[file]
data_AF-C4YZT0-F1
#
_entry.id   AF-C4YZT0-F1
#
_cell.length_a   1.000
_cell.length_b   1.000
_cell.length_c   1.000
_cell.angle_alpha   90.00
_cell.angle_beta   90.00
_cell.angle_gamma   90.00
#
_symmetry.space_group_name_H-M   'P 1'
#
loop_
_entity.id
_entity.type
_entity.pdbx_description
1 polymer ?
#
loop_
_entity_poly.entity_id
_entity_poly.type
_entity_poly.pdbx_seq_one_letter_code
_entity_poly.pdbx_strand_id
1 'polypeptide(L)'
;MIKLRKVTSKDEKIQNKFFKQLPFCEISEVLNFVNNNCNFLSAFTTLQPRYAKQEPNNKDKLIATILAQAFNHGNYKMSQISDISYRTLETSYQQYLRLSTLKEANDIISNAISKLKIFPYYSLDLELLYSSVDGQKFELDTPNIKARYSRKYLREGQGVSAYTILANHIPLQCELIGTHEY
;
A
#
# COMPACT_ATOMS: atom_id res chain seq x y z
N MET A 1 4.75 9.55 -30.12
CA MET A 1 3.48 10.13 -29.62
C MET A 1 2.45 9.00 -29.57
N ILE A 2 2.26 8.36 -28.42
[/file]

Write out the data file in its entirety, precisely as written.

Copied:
data_AF-C4YZT0-F1
#
_entry.id   AF-C4YZT0-F1
#
_cell.length_a   1.000
_cell.length_b   1.000
_cell.length_c   1.000
_cell.angle_alpha   90.00
_cell.angle_beta   90.00
_cell.angle_gamma   90.00
#
_symmetry.space_group_name_H-M   'P 1'
#
loop_
_entity.id
_entity.type
_entity.pdbx_description
1 polymer ?
#
loop_
_entity_poly.entity_id
_entity_poly.type
_entity_poly.pdbx_seq_one_letter_code
_entity_poly.pdbx_strand_id
1 'polypeptide(L)'
;MIKLRKVTSKDEKIQNKFFKQLPFCEISEVLNFVNNNCNFLSAFTTLQPRYAKQEPNNKDKLIATILAQAFNHGNYKMSQISDISYRTLETSYQQYLRLSTLKEANDIISNAISKLKIFPYYSLDLELLYSSVDGQKFELDTPNIKARYSRKYLREGQGVSAYTILANHIPLQCELIGTHEY
;
A
#
# COMPACT_ATOMS: atom_id res chain seq x y z
N MET A 1 4.75 9.55 -30.12
CA MET A 1 3.48 10.13 -29.62
C MET A 1 2.45 9.00 -29.57
N ILE A 2 2.26 8.36 -28.42